4th Jul 2020

Parliament denounces Lithuania's 'homophobic' law

  • The bill would fine people up to €2900 for the "promotion" of homosexuality (Photo: compscigrad)

The European Parliament has urged Lithuania to reject a draft bill aimed at criminalising the "promotion" of homosexuality.

The draft law, yet to be approved by the country's MPs, would amend the Code of Administrative Offences to punish the "public promotion of homosexual relations" with a fine of between €580 and €2900.

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The Strasbourg resolution, passed on Wednesday (19 January), also calls on the Europeabn Commission to make an assessment of Lithuania's proposed amendments to its legal code and to develop an "EU Roadmap" on what member states should be doing to fight homophobia.

Lithuanian President Dalia Grybauskaite, herself a former European commissioner has already denouced the legislation.

MEPs called on her to veto the legislation should it be approved.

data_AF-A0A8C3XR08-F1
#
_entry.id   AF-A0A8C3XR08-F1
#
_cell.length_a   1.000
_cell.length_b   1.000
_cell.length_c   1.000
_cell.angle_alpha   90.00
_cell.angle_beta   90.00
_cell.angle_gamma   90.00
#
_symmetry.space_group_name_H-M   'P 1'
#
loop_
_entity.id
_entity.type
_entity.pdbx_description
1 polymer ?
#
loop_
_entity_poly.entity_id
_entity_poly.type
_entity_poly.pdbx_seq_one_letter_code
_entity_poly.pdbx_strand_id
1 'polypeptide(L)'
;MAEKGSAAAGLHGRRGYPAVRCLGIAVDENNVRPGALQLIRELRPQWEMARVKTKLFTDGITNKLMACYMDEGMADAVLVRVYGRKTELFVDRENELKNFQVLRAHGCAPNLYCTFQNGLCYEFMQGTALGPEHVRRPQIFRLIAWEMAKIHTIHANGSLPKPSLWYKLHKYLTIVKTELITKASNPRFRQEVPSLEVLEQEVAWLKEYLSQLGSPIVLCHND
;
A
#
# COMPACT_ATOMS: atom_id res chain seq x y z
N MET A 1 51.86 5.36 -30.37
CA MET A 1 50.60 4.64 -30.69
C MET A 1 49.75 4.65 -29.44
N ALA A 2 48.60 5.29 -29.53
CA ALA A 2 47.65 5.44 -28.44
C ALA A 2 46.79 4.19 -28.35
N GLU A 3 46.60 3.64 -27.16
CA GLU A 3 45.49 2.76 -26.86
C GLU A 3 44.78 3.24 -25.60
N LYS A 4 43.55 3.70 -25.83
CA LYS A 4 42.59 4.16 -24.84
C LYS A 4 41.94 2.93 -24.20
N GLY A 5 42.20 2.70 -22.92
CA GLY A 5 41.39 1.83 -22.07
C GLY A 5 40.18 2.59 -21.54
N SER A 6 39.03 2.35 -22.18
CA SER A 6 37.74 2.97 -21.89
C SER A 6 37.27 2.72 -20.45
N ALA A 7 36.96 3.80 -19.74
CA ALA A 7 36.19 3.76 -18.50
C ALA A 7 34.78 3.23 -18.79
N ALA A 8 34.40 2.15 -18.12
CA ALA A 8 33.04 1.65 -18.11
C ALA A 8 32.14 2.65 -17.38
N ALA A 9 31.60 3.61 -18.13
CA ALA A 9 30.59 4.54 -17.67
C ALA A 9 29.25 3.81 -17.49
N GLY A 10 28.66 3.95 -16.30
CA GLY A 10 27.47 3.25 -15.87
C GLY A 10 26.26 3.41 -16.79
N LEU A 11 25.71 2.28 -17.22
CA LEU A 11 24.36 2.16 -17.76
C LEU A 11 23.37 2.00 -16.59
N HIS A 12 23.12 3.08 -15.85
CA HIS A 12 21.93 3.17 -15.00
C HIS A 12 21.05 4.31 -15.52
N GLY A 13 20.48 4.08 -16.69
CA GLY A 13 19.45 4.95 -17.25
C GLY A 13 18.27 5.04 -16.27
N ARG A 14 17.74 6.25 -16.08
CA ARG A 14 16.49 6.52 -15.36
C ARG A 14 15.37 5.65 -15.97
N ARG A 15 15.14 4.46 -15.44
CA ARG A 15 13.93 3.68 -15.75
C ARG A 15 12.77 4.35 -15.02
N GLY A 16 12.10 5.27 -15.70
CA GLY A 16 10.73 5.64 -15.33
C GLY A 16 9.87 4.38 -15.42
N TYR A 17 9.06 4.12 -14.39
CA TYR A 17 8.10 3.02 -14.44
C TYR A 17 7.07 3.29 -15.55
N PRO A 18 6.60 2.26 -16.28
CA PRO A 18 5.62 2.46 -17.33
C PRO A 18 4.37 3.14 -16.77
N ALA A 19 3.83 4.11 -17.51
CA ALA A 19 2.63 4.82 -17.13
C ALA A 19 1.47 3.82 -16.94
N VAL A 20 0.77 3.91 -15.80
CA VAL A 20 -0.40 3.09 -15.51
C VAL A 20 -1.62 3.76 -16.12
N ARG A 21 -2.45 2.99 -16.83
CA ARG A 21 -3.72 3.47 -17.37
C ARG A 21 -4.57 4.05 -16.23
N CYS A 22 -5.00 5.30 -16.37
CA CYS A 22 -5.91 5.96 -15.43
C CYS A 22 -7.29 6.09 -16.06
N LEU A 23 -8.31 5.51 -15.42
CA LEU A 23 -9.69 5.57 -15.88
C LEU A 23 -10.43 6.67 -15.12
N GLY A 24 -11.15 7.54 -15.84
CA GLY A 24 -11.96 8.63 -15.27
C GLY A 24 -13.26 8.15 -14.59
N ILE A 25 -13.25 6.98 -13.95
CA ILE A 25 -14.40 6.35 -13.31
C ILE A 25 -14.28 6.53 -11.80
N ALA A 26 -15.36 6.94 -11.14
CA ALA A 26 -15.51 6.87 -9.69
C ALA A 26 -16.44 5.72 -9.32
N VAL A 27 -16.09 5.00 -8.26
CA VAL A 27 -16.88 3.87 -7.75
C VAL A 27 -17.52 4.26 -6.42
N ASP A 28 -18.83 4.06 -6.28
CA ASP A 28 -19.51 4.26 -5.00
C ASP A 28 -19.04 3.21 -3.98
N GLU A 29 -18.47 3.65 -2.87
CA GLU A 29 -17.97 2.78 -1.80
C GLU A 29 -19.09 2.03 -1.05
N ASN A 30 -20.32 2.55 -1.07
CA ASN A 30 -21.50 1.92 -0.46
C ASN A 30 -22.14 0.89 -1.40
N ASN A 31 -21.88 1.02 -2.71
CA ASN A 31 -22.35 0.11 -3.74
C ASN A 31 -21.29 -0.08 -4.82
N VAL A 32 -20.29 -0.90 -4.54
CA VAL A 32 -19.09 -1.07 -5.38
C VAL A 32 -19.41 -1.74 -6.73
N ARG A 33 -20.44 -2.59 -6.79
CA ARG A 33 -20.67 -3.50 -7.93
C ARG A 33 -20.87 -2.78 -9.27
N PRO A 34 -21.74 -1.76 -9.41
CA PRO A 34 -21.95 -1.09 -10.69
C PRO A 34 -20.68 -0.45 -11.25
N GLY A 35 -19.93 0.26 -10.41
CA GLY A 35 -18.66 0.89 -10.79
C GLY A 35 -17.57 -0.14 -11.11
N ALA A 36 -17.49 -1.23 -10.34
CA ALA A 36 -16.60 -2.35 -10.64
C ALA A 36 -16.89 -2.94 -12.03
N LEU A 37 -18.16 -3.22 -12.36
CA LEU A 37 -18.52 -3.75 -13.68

"EU institutions and member states have a duty to ensure that human rights are respected, protected and promoted in the European Union," reads the resolution.

The Seimas, the Lithuanian parliament already voted in 2009, to ban minors from accessing information about homosexuality.

MEPs on Wednesday noted however: "No credible research indicates that educating children and young people about sexuality may affect their sexual orientation."

"Education about sexual diversity encourages tolerance and acceptance of differences."

The resolution was put forward by the Socialists, Liberals, Greens and the left of the house.

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